That’s simple: life. But when I say that, I don’t mean only my life but my observations of the lives of people around me whether they are known by me or strangers I happen to see. I think it is difficult if not impossible for writers not produce material based on people and events in life. Even most of my poems are images and impressions of those I’ve met or that which I have experienced. But the other part of “inspiration” is, as Philip Levine alluded to in his memoir, the willingness to spend the energy in an effort to produce pieces worth reading. If anything motivates a writer, I argue it is the desire to be read and heard as an individual. Writing becomes that person’s voice. I would say the act of writing is more a calling because, whether I get paid or not, published or not, I cannot stop writing. Perhaps that makes it more of an obsession.

What does it mean to be a writer in Queens?
That’s an interesting perspective because, other than my internal “voice”, I likely would have written regardless of where I was from. Certainly my place of origin influences how I see things and then write about them—I am a big believer in Locke’s theory of the tabula rasa, but that is only one part of the whole recipe. Staying put or moving around only alters the possibilities, not the desire. I’ve spent a good portion of my life traveling the country because of work, and I’ve found that material is almost anywhere there is a window. Yes, I travel, but I do not travel to write; my writing comes out of the journey.

What writing project(s) are you currently working on?
I am now trying to pare down my MFA thesis into a publishable piece. The title is Counting Down the Breaths, a “memoir” about my late wife, and it chronicles the dual lives of me and her, our subsequent relationship, her battle with cancer, and as indicated by the title, the event of her death, which I witnessed over the final hours of her life. Perhaps the greatest inspiration for the work was my desire to share with others the ordeal of the caregiver for those with terminal disease. I want it to be a way to inform anyone else thrown into that position of what to expect, to convey that the pain that people watching their loved ones go through, while personal and unique to each of us, is not isolated.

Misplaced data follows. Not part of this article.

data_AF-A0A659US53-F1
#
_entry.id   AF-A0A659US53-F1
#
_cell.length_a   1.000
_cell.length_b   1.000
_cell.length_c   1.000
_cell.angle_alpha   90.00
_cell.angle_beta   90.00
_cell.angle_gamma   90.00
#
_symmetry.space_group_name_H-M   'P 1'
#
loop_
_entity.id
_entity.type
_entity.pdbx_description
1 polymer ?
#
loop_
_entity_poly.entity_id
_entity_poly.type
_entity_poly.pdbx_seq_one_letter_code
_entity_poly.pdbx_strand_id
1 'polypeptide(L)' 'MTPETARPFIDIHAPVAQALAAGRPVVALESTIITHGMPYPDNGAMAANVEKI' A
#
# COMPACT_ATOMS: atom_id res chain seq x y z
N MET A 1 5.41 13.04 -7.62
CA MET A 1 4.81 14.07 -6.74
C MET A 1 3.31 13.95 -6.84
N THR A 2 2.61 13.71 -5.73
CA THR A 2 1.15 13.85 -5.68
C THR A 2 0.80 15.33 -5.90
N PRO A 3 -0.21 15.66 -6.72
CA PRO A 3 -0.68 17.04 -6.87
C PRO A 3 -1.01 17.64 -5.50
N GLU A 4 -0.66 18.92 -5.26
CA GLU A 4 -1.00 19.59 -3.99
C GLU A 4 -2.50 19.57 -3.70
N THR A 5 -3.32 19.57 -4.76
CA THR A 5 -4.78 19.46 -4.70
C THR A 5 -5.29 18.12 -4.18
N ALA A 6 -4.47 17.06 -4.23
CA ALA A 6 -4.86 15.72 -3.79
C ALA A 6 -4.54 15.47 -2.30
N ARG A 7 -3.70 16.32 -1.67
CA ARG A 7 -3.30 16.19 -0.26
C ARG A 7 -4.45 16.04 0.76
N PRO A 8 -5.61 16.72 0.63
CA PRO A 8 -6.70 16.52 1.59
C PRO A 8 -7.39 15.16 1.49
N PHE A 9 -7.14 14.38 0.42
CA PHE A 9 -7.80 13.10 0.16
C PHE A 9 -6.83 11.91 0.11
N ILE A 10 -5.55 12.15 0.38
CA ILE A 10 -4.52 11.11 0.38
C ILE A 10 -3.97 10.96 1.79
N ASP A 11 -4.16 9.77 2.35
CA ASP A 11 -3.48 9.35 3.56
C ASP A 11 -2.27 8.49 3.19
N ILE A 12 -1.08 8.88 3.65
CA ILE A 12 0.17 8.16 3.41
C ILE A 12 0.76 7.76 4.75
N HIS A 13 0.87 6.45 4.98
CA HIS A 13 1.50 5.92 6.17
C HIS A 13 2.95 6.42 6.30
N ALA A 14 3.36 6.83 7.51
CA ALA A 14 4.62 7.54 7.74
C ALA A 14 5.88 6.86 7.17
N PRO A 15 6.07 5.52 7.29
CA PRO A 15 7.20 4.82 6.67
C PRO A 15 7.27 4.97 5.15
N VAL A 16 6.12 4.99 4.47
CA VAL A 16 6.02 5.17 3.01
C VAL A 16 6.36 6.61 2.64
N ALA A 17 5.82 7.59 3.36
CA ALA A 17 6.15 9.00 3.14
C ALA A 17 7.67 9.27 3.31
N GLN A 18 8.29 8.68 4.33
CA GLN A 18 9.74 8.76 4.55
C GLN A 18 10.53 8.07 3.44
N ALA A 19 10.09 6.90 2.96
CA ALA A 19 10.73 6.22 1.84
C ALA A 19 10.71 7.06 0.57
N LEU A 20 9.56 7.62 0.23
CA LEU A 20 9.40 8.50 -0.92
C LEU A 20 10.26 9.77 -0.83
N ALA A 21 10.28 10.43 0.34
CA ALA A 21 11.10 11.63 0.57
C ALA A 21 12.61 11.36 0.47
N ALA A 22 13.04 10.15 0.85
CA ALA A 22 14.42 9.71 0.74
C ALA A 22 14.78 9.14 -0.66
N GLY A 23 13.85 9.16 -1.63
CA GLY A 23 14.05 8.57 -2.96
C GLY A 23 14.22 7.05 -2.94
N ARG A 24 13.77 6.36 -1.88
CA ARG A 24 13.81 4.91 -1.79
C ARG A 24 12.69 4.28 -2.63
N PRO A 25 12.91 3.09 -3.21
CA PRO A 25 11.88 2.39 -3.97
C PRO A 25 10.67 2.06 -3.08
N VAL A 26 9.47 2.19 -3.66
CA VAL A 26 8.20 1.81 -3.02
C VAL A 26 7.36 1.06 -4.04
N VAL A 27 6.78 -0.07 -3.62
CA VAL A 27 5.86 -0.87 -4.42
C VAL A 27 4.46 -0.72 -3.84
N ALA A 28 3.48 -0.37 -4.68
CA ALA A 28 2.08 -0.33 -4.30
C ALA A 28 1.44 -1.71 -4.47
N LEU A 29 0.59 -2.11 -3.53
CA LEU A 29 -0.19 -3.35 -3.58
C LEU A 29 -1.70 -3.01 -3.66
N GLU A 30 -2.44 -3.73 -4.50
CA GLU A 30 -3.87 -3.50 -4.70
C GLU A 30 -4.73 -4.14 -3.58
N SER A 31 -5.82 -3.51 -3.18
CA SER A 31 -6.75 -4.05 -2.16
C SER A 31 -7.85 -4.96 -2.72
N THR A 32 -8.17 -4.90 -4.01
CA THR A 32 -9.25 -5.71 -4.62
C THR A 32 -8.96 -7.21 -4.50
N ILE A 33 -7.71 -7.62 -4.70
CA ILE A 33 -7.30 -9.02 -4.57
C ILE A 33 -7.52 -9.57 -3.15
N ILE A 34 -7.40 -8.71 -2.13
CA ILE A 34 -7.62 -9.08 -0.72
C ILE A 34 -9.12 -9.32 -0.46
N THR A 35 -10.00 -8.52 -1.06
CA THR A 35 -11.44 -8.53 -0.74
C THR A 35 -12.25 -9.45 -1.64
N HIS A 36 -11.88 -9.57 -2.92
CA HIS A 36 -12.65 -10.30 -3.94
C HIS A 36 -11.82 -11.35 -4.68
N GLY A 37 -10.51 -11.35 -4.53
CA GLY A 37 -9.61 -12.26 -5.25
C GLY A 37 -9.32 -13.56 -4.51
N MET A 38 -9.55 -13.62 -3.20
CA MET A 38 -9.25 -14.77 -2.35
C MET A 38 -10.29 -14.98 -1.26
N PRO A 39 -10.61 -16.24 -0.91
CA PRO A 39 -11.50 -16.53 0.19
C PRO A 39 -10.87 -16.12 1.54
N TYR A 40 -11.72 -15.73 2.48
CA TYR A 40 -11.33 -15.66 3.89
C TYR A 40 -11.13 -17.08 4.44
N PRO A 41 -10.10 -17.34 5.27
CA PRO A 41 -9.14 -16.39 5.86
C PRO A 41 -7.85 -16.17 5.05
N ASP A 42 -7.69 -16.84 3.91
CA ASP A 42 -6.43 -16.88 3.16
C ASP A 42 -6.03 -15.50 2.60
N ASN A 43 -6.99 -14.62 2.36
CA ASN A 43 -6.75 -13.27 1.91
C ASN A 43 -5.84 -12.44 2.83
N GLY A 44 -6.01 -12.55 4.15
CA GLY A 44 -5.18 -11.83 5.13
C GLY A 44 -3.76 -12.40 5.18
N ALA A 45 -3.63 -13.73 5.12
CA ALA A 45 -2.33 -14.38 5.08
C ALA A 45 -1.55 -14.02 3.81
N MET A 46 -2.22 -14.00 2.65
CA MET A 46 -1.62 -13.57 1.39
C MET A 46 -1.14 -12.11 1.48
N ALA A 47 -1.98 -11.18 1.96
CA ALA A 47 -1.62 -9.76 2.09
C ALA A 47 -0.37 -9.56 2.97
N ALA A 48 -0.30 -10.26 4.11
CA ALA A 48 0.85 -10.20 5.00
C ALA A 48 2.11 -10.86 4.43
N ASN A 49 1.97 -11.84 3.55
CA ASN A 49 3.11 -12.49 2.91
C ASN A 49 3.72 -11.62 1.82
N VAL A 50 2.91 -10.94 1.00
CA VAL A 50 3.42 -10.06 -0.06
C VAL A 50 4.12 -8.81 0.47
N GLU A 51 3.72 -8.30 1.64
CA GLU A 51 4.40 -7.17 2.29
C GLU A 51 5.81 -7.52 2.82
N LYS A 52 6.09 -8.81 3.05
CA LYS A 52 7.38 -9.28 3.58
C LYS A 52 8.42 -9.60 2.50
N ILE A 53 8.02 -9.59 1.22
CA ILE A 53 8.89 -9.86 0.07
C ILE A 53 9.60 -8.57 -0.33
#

And, finally, my favorite question: What should I be asking you that I didn’t? 
“What is your favorite book?”

I live convinced that Anthony Burgess is one of the greatest modern writers of the English language because of his sharp mind and versatility. I mean here is the man who wrote A Clockwork Orange, one of the more disturbing stories on society versus the individual, as well as Man of Nazareth, an ode to the life of Christ that became the backdrop for Zefferilli’s six-hour movie. He has written novels, biographies, and critical studies that knock me out. I know that when I read him, I better have a dictionary nearby because of the linguistic jokes he loves to plant in his work. In fact, there is a word that I still cannot nail down from his novel Napoleon Symphony—a fictionalized look at Bonaparte’s life divided into four parts where Burgess tries to pace his diction according to Beethoven’s Third Symphony. That is magnificent, clever, and indicative of real discipline. Yet, with all that work to choose from, he also produced what I rank as the greatest novel of the late 20th Century, Earthly Powers. The book covers 80 years of history and events through the eyes of a gay writer who befriends and becomes a confidant to the Pope. It has one of the greatest opening lines ever, and no one but no one comes out with clean hands. Newtown pic 1

Thanks, Bill!

Readers, mark your calendars: